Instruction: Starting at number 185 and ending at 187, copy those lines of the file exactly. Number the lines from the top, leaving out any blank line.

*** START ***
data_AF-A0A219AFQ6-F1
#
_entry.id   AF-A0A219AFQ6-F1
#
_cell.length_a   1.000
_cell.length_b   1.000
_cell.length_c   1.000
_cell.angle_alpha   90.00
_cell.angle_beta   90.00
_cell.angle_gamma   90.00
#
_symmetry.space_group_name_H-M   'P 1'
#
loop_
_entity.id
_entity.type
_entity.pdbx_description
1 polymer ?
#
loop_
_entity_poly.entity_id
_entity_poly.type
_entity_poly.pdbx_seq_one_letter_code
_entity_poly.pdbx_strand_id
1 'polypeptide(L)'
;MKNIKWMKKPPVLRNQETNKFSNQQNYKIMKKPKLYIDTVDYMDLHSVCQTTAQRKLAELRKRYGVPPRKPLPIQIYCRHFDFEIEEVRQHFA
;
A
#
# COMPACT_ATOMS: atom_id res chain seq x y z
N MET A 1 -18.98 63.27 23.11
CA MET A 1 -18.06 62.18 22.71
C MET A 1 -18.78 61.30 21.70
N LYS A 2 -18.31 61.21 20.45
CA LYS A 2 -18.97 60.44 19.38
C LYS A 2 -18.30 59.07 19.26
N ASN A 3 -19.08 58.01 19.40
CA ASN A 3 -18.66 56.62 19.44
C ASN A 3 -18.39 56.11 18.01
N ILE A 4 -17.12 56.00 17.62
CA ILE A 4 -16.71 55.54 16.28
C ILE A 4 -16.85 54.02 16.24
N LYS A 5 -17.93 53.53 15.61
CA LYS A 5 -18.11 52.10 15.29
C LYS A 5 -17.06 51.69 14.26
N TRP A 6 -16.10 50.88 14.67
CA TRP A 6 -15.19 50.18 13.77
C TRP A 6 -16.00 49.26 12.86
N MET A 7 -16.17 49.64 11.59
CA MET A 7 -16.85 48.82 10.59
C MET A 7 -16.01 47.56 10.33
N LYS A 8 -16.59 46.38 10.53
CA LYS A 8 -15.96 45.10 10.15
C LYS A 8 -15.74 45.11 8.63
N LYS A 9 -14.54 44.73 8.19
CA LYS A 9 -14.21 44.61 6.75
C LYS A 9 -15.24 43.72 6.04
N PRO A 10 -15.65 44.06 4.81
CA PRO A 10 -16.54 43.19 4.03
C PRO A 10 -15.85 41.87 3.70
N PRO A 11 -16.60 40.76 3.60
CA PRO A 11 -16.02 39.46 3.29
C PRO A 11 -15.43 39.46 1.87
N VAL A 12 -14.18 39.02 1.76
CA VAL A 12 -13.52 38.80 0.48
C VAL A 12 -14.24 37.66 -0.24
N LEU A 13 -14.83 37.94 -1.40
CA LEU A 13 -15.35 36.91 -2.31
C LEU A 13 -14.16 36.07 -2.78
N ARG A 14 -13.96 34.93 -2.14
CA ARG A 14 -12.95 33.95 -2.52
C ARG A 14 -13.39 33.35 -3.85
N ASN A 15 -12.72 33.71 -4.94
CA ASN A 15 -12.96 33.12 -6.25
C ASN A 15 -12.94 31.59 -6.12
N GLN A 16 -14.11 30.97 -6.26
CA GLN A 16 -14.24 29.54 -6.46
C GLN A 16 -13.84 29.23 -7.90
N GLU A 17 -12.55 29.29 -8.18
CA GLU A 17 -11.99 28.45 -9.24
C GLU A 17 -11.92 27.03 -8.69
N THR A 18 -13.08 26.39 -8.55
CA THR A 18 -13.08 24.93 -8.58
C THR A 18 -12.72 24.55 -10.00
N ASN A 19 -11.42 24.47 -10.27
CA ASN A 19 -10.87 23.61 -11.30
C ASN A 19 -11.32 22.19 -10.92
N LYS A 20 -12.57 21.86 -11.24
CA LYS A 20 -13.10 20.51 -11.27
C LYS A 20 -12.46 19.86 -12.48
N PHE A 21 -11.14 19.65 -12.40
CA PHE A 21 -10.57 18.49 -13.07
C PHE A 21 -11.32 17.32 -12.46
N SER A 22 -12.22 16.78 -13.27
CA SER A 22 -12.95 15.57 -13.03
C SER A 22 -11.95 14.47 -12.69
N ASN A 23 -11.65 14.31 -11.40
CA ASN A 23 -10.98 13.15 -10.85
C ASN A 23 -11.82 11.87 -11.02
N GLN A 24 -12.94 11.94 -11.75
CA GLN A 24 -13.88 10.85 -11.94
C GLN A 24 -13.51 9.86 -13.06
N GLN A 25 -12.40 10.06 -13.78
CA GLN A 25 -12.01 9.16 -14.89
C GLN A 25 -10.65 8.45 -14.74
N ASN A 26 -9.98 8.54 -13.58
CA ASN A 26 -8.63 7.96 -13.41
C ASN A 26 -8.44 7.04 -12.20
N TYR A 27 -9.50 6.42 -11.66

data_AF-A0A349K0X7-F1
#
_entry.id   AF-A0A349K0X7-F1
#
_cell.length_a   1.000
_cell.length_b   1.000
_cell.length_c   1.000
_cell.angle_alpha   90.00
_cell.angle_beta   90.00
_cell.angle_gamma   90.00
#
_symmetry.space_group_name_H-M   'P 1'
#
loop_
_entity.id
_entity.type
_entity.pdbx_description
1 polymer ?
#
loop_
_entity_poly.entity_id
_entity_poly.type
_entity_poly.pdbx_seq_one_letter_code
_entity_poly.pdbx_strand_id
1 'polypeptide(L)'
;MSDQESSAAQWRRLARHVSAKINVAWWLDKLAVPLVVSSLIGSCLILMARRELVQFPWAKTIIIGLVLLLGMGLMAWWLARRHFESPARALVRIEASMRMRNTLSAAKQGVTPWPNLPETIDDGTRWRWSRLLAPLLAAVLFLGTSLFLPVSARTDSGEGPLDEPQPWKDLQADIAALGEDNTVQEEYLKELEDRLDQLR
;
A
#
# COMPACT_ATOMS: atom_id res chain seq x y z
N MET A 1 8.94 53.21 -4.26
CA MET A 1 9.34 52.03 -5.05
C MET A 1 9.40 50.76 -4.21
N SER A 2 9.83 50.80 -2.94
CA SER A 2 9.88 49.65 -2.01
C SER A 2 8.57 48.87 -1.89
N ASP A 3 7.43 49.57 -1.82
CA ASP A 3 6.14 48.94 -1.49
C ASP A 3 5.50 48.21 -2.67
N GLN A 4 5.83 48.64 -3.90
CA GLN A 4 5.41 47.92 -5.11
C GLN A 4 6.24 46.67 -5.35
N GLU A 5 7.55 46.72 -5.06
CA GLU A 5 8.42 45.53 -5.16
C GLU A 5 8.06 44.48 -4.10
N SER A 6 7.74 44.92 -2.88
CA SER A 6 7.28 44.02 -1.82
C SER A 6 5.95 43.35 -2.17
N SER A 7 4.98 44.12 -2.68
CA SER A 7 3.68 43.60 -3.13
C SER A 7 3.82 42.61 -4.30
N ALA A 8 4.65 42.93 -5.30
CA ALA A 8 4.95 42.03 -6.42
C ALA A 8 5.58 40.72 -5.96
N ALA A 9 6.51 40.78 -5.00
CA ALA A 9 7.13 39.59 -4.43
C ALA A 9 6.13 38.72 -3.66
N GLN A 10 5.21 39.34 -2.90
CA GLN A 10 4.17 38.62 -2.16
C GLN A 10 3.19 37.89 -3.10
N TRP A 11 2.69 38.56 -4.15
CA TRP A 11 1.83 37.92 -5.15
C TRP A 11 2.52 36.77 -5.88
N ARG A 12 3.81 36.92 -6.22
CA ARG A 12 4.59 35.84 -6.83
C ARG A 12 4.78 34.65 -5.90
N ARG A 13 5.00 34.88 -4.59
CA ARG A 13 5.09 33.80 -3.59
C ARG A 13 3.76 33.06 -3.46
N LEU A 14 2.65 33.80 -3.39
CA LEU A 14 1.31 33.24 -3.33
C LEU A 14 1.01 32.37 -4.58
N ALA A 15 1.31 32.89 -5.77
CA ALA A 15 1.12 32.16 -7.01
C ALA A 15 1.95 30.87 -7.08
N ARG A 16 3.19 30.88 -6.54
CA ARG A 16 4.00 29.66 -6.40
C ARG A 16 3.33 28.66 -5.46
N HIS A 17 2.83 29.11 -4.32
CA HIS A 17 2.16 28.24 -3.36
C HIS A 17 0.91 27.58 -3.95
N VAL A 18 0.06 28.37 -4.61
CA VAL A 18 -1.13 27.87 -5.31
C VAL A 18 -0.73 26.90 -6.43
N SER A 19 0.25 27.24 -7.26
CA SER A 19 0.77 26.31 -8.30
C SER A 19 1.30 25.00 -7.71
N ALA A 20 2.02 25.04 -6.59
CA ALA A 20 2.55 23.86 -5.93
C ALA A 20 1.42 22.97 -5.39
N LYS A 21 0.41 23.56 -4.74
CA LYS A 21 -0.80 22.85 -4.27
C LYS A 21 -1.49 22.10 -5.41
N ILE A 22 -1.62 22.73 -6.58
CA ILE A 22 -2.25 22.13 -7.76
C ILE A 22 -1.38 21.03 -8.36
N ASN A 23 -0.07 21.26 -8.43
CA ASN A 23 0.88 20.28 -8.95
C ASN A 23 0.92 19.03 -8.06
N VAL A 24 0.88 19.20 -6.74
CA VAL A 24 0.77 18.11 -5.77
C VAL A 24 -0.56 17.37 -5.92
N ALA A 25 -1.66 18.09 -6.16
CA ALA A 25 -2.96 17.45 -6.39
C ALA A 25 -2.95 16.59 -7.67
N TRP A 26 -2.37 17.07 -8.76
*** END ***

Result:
N ARG A 16 3.19 30.88 -6.54
CA ARG A 16 4.00 29.66 -6.40
C ARG A 16 3.33 28.66 -5.46